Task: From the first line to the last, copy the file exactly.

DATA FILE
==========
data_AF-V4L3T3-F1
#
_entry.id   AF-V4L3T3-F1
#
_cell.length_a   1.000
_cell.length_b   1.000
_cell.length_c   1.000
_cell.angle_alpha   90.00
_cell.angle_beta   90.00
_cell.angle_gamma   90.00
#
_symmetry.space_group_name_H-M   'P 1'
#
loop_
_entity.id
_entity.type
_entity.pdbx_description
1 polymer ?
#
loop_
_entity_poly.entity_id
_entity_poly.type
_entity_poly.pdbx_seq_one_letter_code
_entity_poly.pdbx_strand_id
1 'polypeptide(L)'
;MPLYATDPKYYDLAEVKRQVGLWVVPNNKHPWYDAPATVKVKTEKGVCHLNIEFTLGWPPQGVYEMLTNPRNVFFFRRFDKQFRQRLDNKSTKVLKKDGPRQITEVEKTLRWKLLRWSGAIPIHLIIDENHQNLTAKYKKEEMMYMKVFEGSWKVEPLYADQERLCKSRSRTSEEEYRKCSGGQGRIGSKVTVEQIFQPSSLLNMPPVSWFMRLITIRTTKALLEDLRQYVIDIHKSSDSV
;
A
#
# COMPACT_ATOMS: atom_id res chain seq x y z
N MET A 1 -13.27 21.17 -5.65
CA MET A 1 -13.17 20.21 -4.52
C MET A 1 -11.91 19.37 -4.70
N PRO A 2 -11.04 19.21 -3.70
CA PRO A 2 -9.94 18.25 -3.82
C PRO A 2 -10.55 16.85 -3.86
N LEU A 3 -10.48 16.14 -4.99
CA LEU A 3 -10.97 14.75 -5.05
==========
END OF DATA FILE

data_AF-V4L3T3-F1
#
_entry.id   AF-V4L3T3-F1
#
_cell.length_a   1.000
_cell.length_b   1.000
_cell.length_c   1.000
_cell.angle_alpha   90.00
_cell.angle_beta   90.00
_cell.angle_gamma   90.00
#
_symmetry.space_group_name_H-M   'P 1'
#
loop_
_entity.id
_entity.type
_entity.pdbx_description
1 polymer ?
#
loop_
_entity_poly.entity_id
_entity_poly.type
_entity_poly.pdbx_seq_one_letter_code
_entity_poly.pdbx_strand_id
1 'polypeptide(L)'
;MPLYATDPKYYDLAEVKRQVGLWVVPNNKHPWYDAPATVKVKTEKGVCHLNIEFTLGWPPQGVYEMLTNPRNVFFFRRFDKQFRQRLDNKSTKVLKKDGPRQITEVEKTLRWKLLRWSGAIPIHLIIDENHQNLTAKYKKEEMMYMKVFEGSWKVEPLYADQERLCKSRSRTSEEEYRKCSGGQGRIGSKVTVEQIFQPSSLLNMPPVSWFMRLITIRTTKALLEDLRQYVIDIHKSSDSV
;
A
#
# COMPACT_ATOMS: atom_id res chain seq x y z
N MET A 1 -13.27 21.17 -5.65
CA MET A 1 -13.17 20.21 -4.52
C MET A 1 -11.91 19.37 -4.70
N PRO A 2 -11.04 19.21 -3.70
CA PRO A 2 -9.94 18.25 -3.82
C PRO A 2 -10.55 16.85 -3.86
N LEU A 3 -10.48 16.14 -4.99
CA LEU A 3 -10.97 14.75 -5.05